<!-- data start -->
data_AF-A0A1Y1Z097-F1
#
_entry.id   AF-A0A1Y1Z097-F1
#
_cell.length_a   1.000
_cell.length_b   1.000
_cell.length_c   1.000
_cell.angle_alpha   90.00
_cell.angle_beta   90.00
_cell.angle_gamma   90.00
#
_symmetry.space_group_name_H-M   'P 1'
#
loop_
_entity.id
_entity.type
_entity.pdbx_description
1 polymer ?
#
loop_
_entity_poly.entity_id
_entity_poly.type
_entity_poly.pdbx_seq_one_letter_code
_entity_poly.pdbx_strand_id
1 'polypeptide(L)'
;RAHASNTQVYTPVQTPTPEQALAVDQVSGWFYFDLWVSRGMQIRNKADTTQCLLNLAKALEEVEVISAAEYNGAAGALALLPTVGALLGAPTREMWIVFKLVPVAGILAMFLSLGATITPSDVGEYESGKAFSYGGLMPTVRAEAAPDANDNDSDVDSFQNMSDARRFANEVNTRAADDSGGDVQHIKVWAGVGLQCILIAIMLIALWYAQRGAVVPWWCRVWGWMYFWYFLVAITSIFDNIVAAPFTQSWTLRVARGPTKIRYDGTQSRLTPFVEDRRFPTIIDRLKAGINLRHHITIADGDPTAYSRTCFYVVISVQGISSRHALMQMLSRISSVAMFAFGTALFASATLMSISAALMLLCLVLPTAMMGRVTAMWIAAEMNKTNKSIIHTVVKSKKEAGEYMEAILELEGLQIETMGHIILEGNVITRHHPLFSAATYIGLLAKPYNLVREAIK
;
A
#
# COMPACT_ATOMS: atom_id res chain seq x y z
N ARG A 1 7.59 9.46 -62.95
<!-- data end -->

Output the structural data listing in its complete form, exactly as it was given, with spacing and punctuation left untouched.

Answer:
data_AF-A0A1Y1Z097-F1
#
_entry.id   AF-A0A1Y1Z097-F1
#
_cell.length_a   1.000
_cell.length_b   1.000
_cell.length_c   1.000
_cell.angle_alpha   90.00
_cell.angle_beta   90.00
_cell.angle_gamma   90.00
#
_symmetry.space_group_name_H-M   'P 1'
#
loop_
_entity.id
_entity.type
_entity.pdbx_description
1 polymer ?
#
loop_
_entity_poly.entity_id
_entity_poly.type
_entity_poly.pdbx_seq_one_letter_code
_entity_poly.pdbx_strand_id
1 'polypeptide(L)'
;RAHASNTQVYTPVQTPTPEQALAVDQVSGWFYFDLWVSRGMQIRNKADTTQCLLNLAKALEEVEVISAAEYNGAAGALALLPTVGALLGAPTREMWIVFKLVPVAGILAMFLSLGATITPSDVGEYESGKAFSYGGLMPTVRAEAAPDANDNDSDVDSFQNMSDARRFANEVNTRAADDSGGDVQHIKVWAGVGLQCILIAIMLIALWYAQRGAVVPWWCRVWGWMYFWYFLVAITSIFDNIVAAPFTQSWTLRVARGPTKIRYDGTQSRLTPFVEDRRFPTIIDRLKAGINLRHHITIADGDPTAYSRTCFYVVISVQGISSRHALMQMLSRISSVAMFAFGTALFASATLMSISAALMLLCLVLPTAMMGRVTAMWIAAEMNKTNKSIIHTVVKSKKEAGEYMEAILELEGLQIETMGHIILEGNVITRHHPLFSAATYIGLLAKPYNLVREAIK
;
A
#
# COMPACT_ATOMS: atom_id res chain seq x y z
N ARG A 1 7.59 9.46 -62.95